Marion Bartoli made a shock retirement announcement on Wednesday, ending her tennis career at the top of her game just six weeks after winning Wimbledon.
The French star, citing a string of injuries, dropped the bombshell shortly after losing in the second round of the Cincinnati Masters to Simona Halep.
Bartoli, who is currently ranked a career-high seventh in the world, suffered a 3-6, 6-4, 6-1 defeat to the Romanian.
“It’s time for me to retire and to call it a career. I feel it’s time for me to walk away,” the 28-year-old Bartoli said.
The French star said Wimbledon helped her reach her goal of winning a Grand Slam, but also took a toll on her physical and mental wellbeing.
“I’ve been a tennis player for a long time, and I had the chance to make my biggest dream a reality,” said Bartoli, who won more than US$11 million in prize money during her 13-year career.
“I felt I really, really pushed through the ultimate limits to make it happen, but now I just can’t do it anymore,” she said. “I’ve been through a lot of injuries since the beginning of the year. I really pushed through and left it all during ... Wimbledon.”
“I really felt I gave all the energy I have left inside my body. It [Wimbledon] will stay forever with me, but now my body just can’t cope with everything,” she said.
Bartoli, who turned pro in 2000, has battled a series of injuries over the past few years and has played just three matches since her Wimbledon victory.
She won a match last week in Toronto over American Lauren Davis but lost to 33rd-ranked Magdalena Rybarikova the next day.
“I have pain everywhere after 45 minutes or an hour of play,” Bartoli said. “I’ve been doing this for so long ... body wise I just can’t do it anymore.”
For the past several years, Bartoli has been by far France’s best female player. Besides Wimbledon, Bartoli won seven other WTA Tour titles, beginning with Auckland in 2006. Her most recent, prior to Wimbledon, were both in 2011 — at Eastbourne, England, and Osaka, Japan.
“It’s been a tough decision to take, I don’t take this easily,” she said.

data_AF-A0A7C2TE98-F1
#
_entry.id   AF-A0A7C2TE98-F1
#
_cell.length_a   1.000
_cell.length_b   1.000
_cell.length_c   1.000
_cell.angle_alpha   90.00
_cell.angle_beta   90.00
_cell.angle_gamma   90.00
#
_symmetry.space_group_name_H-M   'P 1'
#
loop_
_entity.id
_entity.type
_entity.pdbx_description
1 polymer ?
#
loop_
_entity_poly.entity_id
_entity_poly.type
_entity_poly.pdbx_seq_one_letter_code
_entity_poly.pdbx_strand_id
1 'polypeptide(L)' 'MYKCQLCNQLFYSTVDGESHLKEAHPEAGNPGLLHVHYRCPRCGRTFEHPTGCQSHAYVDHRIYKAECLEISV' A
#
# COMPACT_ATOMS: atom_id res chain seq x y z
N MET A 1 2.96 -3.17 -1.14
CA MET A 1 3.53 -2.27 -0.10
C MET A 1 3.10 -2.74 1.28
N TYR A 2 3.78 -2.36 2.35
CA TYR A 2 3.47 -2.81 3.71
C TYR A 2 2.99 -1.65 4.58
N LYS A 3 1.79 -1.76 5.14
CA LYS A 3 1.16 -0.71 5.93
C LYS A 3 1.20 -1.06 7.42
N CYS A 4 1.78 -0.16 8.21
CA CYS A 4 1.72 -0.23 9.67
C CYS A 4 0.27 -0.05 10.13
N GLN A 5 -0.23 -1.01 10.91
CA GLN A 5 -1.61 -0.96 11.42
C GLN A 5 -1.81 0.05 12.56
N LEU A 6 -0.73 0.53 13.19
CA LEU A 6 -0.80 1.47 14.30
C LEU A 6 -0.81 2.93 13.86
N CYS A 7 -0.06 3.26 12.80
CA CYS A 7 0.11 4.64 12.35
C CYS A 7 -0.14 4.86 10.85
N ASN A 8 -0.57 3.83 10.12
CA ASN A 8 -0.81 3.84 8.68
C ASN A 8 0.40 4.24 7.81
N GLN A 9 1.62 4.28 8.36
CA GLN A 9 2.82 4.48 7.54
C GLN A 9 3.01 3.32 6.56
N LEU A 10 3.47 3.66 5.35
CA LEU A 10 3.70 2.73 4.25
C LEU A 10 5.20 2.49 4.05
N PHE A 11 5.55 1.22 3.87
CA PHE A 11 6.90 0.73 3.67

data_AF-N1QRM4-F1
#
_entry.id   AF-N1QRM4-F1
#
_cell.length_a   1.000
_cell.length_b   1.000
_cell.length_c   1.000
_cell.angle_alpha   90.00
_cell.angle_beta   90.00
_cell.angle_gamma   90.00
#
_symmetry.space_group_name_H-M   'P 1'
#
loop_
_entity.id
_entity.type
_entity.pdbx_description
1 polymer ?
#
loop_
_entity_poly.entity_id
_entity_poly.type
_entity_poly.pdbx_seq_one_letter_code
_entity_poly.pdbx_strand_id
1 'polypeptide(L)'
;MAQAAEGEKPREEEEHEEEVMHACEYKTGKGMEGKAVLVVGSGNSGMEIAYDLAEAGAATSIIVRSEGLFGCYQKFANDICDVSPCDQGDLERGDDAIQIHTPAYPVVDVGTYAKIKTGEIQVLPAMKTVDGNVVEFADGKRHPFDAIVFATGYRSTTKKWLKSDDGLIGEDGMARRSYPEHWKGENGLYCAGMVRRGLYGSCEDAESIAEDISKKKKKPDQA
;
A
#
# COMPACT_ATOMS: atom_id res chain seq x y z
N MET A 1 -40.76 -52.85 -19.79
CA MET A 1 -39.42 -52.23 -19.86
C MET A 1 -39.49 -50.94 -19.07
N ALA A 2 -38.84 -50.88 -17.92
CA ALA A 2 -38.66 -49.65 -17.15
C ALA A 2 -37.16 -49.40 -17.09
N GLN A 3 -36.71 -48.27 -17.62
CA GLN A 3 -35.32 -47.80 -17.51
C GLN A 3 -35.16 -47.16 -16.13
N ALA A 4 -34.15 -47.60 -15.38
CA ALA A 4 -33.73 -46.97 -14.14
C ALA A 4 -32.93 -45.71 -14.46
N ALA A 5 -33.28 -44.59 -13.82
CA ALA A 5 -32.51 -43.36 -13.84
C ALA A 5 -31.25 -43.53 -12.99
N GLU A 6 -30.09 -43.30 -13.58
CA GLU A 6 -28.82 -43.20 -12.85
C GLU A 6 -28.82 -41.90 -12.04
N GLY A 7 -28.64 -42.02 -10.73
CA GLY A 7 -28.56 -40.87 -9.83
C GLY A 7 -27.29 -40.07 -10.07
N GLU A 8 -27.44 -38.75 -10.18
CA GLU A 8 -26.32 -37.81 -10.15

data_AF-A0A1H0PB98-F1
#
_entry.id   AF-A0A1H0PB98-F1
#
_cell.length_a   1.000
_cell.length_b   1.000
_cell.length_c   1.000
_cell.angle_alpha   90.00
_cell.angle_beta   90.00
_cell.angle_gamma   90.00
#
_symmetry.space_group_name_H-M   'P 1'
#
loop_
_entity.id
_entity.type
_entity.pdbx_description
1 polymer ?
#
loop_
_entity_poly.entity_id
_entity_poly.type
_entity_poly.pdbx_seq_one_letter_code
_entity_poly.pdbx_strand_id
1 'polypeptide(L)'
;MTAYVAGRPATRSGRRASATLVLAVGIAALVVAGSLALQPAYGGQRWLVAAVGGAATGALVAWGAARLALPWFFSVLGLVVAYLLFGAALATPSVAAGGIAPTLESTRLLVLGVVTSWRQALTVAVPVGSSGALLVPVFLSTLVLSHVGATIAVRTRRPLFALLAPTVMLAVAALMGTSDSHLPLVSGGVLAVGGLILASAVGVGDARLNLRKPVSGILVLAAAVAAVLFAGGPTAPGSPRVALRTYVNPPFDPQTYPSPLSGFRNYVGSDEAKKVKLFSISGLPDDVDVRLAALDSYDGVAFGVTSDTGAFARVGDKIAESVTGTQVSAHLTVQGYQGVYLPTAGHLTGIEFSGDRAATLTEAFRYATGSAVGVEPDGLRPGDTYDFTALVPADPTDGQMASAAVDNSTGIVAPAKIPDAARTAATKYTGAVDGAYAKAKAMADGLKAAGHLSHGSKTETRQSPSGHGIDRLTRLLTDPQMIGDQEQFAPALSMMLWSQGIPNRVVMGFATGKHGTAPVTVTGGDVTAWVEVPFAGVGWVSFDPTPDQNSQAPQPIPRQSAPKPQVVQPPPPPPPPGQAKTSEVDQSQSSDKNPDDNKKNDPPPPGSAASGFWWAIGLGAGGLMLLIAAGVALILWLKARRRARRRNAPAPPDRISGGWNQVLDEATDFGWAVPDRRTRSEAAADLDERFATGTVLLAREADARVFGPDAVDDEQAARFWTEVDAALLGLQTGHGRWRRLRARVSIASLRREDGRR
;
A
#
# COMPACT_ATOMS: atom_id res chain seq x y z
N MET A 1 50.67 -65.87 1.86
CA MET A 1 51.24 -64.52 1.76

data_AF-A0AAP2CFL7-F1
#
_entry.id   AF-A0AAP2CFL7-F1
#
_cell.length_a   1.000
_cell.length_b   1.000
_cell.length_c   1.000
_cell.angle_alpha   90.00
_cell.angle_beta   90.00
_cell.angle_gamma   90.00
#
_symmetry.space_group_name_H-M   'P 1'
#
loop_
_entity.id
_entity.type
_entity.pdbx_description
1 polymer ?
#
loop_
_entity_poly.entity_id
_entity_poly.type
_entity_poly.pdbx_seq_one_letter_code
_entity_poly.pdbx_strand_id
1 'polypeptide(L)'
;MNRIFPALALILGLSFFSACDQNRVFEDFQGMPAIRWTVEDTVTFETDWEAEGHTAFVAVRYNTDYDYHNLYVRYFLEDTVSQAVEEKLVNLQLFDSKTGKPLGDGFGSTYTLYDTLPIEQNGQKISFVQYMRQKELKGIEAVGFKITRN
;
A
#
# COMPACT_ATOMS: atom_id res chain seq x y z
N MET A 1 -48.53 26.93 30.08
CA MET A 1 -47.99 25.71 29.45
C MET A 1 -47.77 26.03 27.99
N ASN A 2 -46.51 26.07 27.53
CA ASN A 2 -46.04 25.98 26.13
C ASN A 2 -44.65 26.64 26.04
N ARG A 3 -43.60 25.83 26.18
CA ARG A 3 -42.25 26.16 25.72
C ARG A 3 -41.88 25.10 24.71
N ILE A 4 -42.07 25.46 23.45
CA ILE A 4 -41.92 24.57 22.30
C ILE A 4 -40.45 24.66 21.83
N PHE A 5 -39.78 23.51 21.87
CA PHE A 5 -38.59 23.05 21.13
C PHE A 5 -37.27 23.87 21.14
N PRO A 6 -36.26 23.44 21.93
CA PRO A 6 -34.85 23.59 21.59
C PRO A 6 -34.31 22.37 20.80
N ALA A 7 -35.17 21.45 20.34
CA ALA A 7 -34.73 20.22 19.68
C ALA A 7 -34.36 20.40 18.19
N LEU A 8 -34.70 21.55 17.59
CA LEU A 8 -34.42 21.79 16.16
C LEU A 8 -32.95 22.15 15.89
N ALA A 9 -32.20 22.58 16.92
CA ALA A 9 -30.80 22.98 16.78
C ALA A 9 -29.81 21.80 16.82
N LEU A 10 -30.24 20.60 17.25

Simply walking was now difficult for her, Bartoli said, adding that her hips and lower back also bothered her almost constantly.
“My Achilles is hurting me a lot, so I can’t really walk normally after a match like that, especially on the hard court when the surface is so hard,” she said. “And my shoulder and my hips and my lower back. My body is just done.”
The player known for her quirky mannerisms and non-stop fidgeting on the court, said she spoke to her family, including her father, by telephone about the decision.
“He knows, more than anyone, how much I worked and what I did to make it happen, to make my dream a reality,” she said.
“He is proud of me. He is proud of what I did and he kind of knew I just couldn’t do it anymore. He kind of felt it,” she said.
Bartoli has never been one to do things the easy way.
She grew up outside the tennis mainstream, coached by her father Walter, a doctor who had no background in the sport and yet gave up his job to teach his daughter how to become a professional.
Walter constructed home-made contraptions to help with her practice sessions, while her court positioning inside the baseline is a legacy of her days learning the game in the Haute-Loire region of France on a tiny court.
Earlier this year, Bartoli ended her coaching partnership with her father and worked with several different trainers, the most recent being former world No. 1 and French compatriot Amelie Mauresmo.